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TORONTO — The first Canadian government plane carrying Syrian refugees arrived in Toronto late Thursday where they were greeted by Prime Minister Justin Trudeau, who has pledged to resettle 25,000 of them by the end of February.
The welcome given to the military flight carrying 163 refugees stands in stark contrast to the United States, which plans to take in just 10,000 Syrian refugees over the next year.
Even that is provoking opposition. Republican presidential candidate Donald Trump caused a worldwide uproar with a proposal to temporarily block Muslims from entering the U.S.
Trudeau greeted some of the families to come through processing. The first family was Kevork Jamkossian, a gynecologist from Aleppo, his wife Georgina Zires, a lab technician, and their 16-month-old daughter Madeleine.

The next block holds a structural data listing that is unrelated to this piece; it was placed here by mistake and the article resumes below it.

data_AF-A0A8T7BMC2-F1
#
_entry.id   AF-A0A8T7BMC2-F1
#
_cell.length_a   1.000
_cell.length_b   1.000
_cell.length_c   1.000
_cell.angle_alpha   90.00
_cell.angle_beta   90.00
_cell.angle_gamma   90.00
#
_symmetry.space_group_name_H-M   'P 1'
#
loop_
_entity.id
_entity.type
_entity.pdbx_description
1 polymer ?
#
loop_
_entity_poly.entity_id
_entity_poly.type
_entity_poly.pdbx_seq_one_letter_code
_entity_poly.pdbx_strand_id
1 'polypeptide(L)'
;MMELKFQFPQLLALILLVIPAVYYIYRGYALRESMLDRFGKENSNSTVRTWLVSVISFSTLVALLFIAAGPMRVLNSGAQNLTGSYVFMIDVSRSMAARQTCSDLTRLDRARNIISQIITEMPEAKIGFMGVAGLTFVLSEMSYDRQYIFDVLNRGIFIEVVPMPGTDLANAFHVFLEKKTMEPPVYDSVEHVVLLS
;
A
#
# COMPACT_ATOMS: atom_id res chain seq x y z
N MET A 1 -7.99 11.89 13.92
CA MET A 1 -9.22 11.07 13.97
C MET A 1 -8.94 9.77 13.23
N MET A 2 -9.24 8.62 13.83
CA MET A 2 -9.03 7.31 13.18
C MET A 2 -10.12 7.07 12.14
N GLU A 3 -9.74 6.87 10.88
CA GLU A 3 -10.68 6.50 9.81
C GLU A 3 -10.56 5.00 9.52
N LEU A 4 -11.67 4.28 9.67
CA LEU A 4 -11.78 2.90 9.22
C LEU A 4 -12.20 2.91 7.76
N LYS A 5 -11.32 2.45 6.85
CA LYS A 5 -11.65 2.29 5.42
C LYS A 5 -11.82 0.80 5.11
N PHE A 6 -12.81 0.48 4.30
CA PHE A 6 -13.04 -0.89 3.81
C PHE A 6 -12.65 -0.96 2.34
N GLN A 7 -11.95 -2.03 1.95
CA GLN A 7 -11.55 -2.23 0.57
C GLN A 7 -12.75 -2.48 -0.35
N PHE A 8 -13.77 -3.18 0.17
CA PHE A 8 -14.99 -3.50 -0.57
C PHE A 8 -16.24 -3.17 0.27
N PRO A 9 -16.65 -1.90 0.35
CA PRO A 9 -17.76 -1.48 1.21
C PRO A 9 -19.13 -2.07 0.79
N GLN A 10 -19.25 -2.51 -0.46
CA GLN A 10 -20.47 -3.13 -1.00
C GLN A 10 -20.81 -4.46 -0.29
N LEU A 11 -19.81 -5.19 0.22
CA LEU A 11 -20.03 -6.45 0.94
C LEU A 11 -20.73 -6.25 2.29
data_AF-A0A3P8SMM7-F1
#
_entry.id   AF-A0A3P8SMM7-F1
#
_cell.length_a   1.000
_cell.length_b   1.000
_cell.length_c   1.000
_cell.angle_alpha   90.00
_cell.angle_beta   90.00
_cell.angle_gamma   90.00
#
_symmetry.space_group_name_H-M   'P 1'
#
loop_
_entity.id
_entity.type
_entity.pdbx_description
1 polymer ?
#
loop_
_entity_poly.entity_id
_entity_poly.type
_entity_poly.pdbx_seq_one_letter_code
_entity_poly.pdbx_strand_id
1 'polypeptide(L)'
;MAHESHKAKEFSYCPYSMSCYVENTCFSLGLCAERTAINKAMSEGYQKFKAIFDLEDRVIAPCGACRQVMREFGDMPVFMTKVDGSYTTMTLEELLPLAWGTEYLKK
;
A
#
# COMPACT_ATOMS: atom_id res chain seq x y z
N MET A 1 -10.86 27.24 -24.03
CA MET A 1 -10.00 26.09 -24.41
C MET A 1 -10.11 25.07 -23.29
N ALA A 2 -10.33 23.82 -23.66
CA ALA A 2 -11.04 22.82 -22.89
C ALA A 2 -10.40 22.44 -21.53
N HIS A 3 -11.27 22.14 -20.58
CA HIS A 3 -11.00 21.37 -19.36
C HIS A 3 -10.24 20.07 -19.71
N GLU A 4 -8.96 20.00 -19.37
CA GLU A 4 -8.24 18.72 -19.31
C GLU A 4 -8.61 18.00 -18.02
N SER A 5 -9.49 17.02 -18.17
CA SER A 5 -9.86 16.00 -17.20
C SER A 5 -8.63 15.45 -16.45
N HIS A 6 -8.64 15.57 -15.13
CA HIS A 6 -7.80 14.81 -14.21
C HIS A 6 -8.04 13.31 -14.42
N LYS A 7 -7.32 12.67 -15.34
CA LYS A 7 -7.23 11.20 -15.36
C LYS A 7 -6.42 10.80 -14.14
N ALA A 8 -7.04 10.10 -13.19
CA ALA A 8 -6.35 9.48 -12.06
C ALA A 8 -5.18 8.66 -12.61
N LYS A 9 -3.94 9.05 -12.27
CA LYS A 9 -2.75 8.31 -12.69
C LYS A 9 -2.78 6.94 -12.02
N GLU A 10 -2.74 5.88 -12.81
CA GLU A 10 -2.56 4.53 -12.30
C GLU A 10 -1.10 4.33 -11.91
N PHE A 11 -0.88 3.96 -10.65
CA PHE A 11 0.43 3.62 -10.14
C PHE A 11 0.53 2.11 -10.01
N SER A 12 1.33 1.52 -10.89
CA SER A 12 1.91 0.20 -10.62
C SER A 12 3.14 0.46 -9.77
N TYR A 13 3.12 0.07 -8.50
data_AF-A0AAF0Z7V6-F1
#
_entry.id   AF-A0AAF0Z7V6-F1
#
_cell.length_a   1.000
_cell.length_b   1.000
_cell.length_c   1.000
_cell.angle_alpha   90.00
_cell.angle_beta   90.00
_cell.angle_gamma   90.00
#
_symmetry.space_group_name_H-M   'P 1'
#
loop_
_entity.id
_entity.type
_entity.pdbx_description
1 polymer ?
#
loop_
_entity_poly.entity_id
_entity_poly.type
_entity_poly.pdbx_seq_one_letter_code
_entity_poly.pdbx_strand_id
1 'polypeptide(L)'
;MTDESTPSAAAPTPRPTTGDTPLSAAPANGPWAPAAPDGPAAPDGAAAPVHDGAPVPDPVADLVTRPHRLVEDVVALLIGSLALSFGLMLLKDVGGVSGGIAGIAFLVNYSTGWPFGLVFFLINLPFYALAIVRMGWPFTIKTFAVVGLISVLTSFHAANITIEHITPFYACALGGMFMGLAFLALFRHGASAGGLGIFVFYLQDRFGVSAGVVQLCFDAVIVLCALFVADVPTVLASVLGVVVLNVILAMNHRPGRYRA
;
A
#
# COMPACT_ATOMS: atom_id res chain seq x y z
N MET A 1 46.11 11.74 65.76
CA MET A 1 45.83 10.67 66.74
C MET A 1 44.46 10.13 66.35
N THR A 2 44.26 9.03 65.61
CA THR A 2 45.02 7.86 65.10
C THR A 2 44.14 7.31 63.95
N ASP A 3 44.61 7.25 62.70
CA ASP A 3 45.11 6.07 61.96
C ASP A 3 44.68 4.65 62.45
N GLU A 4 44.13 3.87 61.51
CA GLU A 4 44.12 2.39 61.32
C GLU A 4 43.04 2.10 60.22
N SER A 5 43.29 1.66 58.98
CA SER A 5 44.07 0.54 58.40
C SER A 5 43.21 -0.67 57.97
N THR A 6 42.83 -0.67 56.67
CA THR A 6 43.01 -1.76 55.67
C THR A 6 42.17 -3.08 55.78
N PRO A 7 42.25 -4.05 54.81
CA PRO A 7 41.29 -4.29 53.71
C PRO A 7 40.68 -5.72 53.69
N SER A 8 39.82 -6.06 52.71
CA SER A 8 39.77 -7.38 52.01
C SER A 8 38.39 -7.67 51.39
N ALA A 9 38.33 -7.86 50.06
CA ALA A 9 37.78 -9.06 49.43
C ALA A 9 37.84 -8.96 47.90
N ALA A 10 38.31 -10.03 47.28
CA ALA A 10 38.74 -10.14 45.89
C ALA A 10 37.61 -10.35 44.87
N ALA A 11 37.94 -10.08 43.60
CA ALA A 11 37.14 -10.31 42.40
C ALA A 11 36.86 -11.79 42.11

"We really would like to thank you for all this hospitality and the warm welcome," the father said to Trudeau through an interpreter. "We felt ourselves at home."
"You are home. Welcome home," Trudeau responded.
"We suffered a lot. Now, we feel as if we got out of hell and we came to paradise," Jamkossian said later.
Families were given teddy bears and winter clothing. Trudeau earlier thanked staff and volunteers who were processing the refugees.
"This is a wonderful night, where we get to show not just a planeload of new Canadians what Canada is all about, we get to show the world how to open our hearts and welcome in people who are fleeing extraordinarily difficult situations," Trudeau said.
Canadians eager to show their support for the newcomers weren't deterred by the fact that they couldn't do so face-to-face as the refugees were processed in a secure area. A handful of people gathered at the international arrivals gate at Pearson airport bearing signs and gifts.
Canada has long prided itself on opening its doors to asylum-seekers. In times of crisis in decades past, Canada resettled refugees quickly and in large numbers. It airlifted more than 5,000 people from Kosovo in the late 1990s, more than 5,000 from Uganda in 1972 and resettled 60,000 Vietnamese in 1979-80. More than 1.2 million refugees have arrived in Canada since World War II.